Brews and Brands – Part 2


7 Things to Keep in Mind When Branding Your Beer

Chances are, creating brands was NOT why you decided to create a craft brewery in the first place. You are a master at creating great beers, after all. But, good brand design is great at letting your product sell itself on the shelves, so you don’t have to. Branding should start when you decide to brew the beer, not after it is on tap, so don’t wait to engage with the brand process. Good branding done at the right stage will allow you to do more of what you do best — make great beers.
Here are a few things to consider when thinking about your next new product.

1: Pick a name your audience will relate to. The beer isle is filled with unusual, irreverent names. Finding one that ties to your brewery brand, let alone one that is not already in use, can be really hard. Your products are unique — so select a name that helps folks understand why they are special. Look for a name that connects with your brand: maybe it relates to the ingredients, an aspect of your brewery, the season, an emotion that the beer elicits– it helps most when it resonates with your product and your audience.




2: Your audiences are changing constantly. Once upon a time consumers had to be convinced to try beers that were ‘craft-brewed’. National mainstream beers were all they knew, and getting them to appreciate the character of craft beers was the challenge. Those days are gone (yes!). Curious customers are more willing to try new things. This raises the bar for chefs, brewmasters, winemakers, grocers, distillers and even bartenders. Your audience is more sophisticated than ever, and they are not afraid to experiment. They are not limited by income or other demographics, and they continue to refine their preferences as they get more knowledgeable about craft beer. A successful brewery brand has a strategy that allows itself to remain relevant and adapt in an evolving beer market.

3: Start early. While brewing and branding seem like different tasks, they should really start at the same time, and work in tandem. Branding should start when the beer or spirit begins life, so that the identity can grow and is ready for roll-out when your beer is. You don’t need to create the whole brand design immediately, but don’t do a throw-away label just as a place-holder — this will work against your branding later when consumers see a disconnect in the visuals. Get your designer in the mix when your taste-master dreams up a new product, or when you’re envisioning how to lay out your tasting room. That way they’ll be able to create a visual that compliments the beer’s attitude and the perspective of its creator. The design will also have a higher chance of fitting with the brewery brand story.

4: Make sure the packaging reflects the passion that went into the product. Boring labels are for boring national brands. Consumers taste with their eyes, so it’s important to make sure your brand shows off the passion that went into the creation of the beer. It is equally important to make sure each label looks like a professional, high-quality product, and is easy to discern from your competition. Many products fall short on the shelves because they are too eccentric. There’s a fine line between quirky-cool and quirky-weird. Your audience is willing to spend more for a product that looks well-made and is still filled with character.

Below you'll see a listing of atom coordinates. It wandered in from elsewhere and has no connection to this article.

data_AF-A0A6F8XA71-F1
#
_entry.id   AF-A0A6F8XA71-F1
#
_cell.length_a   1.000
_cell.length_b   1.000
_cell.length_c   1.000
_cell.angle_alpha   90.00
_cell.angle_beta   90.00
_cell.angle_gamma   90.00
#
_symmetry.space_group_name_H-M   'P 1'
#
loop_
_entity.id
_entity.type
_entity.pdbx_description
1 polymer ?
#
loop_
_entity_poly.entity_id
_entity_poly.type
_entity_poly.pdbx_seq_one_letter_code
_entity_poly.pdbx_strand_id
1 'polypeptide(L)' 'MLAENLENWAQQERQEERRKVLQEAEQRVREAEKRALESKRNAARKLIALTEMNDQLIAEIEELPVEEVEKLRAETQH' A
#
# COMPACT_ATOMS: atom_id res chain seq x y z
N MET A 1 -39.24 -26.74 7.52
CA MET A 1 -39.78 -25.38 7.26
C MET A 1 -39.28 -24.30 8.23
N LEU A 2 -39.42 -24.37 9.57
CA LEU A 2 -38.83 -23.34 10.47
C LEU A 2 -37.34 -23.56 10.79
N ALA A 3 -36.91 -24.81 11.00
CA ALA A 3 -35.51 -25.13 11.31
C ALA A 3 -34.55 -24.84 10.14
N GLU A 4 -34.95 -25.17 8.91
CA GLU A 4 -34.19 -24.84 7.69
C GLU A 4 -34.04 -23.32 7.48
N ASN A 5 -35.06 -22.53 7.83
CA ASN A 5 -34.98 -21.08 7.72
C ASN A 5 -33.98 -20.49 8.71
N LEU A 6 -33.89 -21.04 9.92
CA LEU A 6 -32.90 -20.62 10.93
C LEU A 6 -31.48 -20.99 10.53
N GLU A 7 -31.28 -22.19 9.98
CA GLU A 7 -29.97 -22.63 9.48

B&B_Gravity Wagon2


5: Think big-picture. Visual consistency is vitally important from day one. Application of the new design can start with just a tap handle or growler, but keep in mind that if it is well received in the tasting room it may soon live on the label, 6-pack, website, menu, signage, social media, t-shirts, cases, and line-extension products too. The more places the design appears, the more it is recognized, and the bigger the brand will grow.

6: Custom caps and neck labels will help sell more beer. The more square inches you can brand on a bottle, can, 6-pack or 12 pack, the more folks will experience the complete brand picture. Bottling and canning lines may limit your labeling options, but it may be a worthwhile investment when you compare with increased sales. Look for elements of your packaging that can be customized to highlight the specialness of each beer. Packaging can be expensive to produce, but neck labels, caps, even unique design elements on the 6-packs can help add a differentiator to your package. Finding those little details of customization can make the difference between looking like a boring brand and an irresistible microbrew.

7: Your new product will start on tap, but needs to thrive on the web. People have the ability to find out everything they can about your brewery and products before they visit. Creating a handsome and intuitive web experience will help sell your products and fill the seats in front of your taps. Make sure your website is simple, consistent with your brand story, and works on everyone’s device.

Iron Design specializes in branding, and we’re ready to help take your beer to the next level. For 15 years, we have helped successful craft brewers and distillers create product names, logos, messaging strategy, packaging, websites and merch. Give us a shout – we’d love to stop by, share a pint and find out more about what makes your products great.


Share this post:

Share to Facebook Share to Twitter Share to Pintetest More...